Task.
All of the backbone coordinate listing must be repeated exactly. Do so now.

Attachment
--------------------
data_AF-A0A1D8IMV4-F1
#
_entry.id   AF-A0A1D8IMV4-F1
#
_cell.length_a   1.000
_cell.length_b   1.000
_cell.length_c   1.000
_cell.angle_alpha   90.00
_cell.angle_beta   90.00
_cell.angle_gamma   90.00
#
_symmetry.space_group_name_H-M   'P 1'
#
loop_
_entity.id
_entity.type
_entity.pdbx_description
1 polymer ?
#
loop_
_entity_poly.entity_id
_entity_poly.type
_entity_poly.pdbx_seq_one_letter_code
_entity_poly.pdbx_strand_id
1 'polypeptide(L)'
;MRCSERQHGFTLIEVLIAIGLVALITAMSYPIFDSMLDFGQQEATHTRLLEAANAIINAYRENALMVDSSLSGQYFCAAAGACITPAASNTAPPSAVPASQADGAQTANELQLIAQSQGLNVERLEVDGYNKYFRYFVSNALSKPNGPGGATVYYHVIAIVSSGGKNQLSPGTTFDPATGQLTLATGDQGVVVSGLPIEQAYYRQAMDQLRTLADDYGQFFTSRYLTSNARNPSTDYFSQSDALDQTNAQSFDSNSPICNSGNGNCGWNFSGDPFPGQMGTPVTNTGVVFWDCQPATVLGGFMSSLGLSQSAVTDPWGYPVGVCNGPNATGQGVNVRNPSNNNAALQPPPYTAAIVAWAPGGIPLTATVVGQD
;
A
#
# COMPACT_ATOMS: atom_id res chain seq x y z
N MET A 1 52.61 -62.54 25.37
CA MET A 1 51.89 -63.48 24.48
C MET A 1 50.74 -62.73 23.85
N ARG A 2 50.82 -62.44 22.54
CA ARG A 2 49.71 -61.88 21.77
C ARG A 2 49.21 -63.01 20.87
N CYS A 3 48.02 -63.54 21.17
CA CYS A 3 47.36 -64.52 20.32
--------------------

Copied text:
data_AF-A0A1D8IMV4-F1
#
_entry.id   AF-A0A1D8IMV4-F1
#
_cell.length_a   1.000
_cell.length_b   1.000
_cell.length_c   1.000
_cell.angle_alpha   90.00
_cell.angle_beta   90.00
_cell.angle_gamma   90.00
#
_symmetry.space_group_name_H-M   'P 1'
#
loop_
_entity.id
_entity.type
_entity.pdbx_description
1 polymer ?
#
loop_
_entity_poly.entity_id
_entity_poly.type
_entity_poly.pdbx_seq_one_letter_code
_entity_poly.pdbx_strand_id
1 'polypeptide(L)'
;MRCSERQHGFTLIEVLIAIGLVALITAMSYPIFDSMLDFGQQEATHTRLLEAANAIINAYRENALMVDSSLSGQYFCAAAGACITPAASNTAPPSAVPASQADGAQTANELQLIAQSQGLNVERLEVDGYNKYFRYFVSNALSKPNGPGGATVYYHVIAIVSSGGKNQLSPGTTFDPATGQLTLATGDQGVVVSGLPIEQAYYRQAMDQLRTLADDYGQFFTSRYLTSNARNPSTDYFSQSDALDQTNAQSFDSNSPICNSGNGNCGWNFSGDPFPGQMGTPVTNTGVVFWDCQPATVLGGFMSSLGLSQSAVTDPWGYPVGVCNGPNATGQGVNVRNPSNNNAALQPPPYTAAIVAWAPGGIPLTATVVGQD
;
A
#
# COMPACT_ATOMS: atom_id res chain seq x y z
N MET A 1 52.61 -62.54 25.37
CA MET A 1 51.89 -63.48 24.48
C MET A 1 50.74 -62.73 23.85
N ARG A 2 50.82 -62.44 22.54
CA ARG A 2 49.71 -61.88 21.77
C ARG A 2 49.21 -63.01 20.87
N CYS A 3 48.02 -63.54 21.17
CA CYS A 3 47.36 -64.52 20.32